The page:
Language management, dealing with destabilisation in particular, is a way of delivering clear outcomes-based learning, incorporating a creative emergence of solutions at the same time. Outcomes-based notions are programmed into us from an early age; suffice it to say that the idea is pre-programmed into most children, as they grow up understanding that they need to learn (and often only learn) what is “in the test”. Cramming what I need to know “to get the answer right” is present in schooling and culture. It is there in the idea of the happy ending, of the end justifying the means, the ever-present teliological story format, the Tick-Tock that famously Professor Sir Frank Kermode referred to in his book, “The Sense of an Ending”. We live – according to this great critic – “In the Middest” and, this “Middle Time” – the age in which we now live – is characterised by a sense of permanent change, where what was “good” has declined and is in need of renovation. A process of painful purging needs to be undergone, which allows us to explain the chaos and ‘crisis’ we see unfolding around us. (Has some ancient trauma led to a state of amnesia in our deep collective unconscious perhaps re-emerging at troubling moments that we struggle to comprehend?)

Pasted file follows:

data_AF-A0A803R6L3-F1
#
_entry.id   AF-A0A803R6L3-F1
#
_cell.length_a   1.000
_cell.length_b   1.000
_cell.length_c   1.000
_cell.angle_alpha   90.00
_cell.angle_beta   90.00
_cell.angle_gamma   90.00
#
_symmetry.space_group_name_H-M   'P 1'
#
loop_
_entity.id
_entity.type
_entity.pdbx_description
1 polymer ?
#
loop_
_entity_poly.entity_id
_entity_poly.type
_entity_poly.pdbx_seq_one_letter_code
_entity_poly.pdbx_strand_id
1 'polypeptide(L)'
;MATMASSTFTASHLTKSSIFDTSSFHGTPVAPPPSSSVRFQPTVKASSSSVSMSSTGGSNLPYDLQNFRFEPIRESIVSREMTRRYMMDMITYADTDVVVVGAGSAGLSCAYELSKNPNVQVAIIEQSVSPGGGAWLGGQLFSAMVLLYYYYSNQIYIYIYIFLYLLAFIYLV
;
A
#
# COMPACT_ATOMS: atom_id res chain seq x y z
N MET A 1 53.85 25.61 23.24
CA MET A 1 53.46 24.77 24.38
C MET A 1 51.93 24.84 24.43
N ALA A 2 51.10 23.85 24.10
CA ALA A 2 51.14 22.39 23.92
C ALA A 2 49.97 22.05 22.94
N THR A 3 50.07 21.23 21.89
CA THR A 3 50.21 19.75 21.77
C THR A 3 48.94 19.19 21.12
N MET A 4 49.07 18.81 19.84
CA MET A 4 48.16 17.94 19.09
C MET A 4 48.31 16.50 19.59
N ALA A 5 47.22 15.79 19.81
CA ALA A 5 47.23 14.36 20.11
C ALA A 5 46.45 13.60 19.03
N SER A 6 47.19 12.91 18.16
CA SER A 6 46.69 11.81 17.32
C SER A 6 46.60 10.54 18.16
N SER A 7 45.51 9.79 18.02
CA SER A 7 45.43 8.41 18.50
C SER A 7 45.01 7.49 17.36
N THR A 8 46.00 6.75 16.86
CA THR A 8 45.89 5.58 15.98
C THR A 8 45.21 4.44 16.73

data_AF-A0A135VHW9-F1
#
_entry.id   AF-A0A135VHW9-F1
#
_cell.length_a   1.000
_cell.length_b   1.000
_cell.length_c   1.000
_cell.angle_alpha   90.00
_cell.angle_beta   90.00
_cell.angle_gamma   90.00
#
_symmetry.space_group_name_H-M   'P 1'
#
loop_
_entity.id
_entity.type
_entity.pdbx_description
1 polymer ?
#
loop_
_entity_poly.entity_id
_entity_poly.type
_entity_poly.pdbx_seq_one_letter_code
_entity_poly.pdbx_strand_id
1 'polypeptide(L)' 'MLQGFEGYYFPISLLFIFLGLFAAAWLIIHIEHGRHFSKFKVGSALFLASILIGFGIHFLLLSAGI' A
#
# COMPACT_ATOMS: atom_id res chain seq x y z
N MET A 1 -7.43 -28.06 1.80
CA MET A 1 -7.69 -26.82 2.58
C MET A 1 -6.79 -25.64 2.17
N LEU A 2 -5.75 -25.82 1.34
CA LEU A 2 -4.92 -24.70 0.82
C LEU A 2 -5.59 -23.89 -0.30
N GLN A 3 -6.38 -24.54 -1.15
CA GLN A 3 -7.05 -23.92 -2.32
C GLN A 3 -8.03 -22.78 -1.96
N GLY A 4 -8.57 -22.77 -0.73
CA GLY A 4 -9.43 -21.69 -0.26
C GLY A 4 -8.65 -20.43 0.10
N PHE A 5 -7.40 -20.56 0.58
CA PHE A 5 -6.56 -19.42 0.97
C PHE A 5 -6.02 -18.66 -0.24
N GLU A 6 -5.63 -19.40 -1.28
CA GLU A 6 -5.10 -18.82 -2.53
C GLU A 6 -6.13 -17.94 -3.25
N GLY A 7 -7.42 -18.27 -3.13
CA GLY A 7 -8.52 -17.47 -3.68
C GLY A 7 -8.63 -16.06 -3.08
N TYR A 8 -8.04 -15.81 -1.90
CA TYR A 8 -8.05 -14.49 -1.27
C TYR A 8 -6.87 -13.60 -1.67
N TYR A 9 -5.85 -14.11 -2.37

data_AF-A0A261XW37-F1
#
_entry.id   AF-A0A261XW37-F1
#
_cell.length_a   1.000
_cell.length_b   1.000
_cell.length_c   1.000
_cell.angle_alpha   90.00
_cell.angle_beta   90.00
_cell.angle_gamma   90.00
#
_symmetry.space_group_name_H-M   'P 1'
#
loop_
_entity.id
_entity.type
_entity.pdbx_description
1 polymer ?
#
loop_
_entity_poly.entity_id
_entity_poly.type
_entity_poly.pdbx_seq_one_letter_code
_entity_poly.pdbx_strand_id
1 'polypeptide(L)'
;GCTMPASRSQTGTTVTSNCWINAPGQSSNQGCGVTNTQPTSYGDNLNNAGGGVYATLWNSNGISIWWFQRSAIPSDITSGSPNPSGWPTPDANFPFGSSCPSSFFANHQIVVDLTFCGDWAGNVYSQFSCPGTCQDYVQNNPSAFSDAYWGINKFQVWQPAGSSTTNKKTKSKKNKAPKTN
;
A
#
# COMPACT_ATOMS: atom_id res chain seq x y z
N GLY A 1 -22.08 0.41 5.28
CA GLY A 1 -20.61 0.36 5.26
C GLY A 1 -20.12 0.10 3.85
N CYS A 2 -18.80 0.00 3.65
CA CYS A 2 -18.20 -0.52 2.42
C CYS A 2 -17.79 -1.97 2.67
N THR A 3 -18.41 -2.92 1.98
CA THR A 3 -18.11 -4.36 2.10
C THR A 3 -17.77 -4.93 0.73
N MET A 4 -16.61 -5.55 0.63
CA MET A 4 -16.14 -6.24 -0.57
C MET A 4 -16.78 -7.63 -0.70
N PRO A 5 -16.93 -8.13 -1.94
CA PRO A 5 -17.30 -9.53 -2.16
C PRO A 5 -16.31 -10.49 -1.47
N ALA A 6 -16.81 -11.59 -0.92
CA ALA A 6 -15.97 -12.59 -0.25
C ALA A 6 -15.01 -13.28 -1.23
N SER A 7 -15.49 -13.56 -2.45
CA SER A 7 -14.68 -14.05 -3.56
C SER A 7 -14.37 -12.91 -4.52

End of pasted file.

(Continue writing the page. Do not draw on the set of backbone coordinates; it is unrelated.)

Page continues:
I read Kermode’s work when preparing my thesis in 1980 on Racine’s “Phèdre” and the idea that we already think we know the “ending” before it happens. Accordingly, in education, as in life and fiction, we feel the need to evaluate and be evaluated according to the “backwash” of expectancy, from the presupposed best or expected outcome – whether imposed by the parents, religion, traditions, the school system and its preparation for a career, or in work, the perceived company culture. Outcomes-based learning is a theory developed by John Biggs, using “constructive alignment”: we start with the outcomes we intend students to learn, and align teaching and assessment to those outcomes. Managerialism is explicitly eschewed within this theory, however.
How though, do we promote creativity, if participants believe there is a fixed outcome to be reached? As I shall outline in my talk, the way to bring about the emergence of creative solutions lies in how language is managed and in how we embody the process of change. Unfamiliar to many will be the work of Iyla Prigogine and Chaodynamics – that change is everywhere and in everything, that language is an attempt to make sense of natural state of flux, and culture is a way to fix and control or standardise the inevitable sense of destabilisation that comes from change. I have worked with this previously for many years and know it from political mechanisms of change as seen also in the works of Marcuse and Gramschi (I am not a proponent of these ideas) as well as in NLP.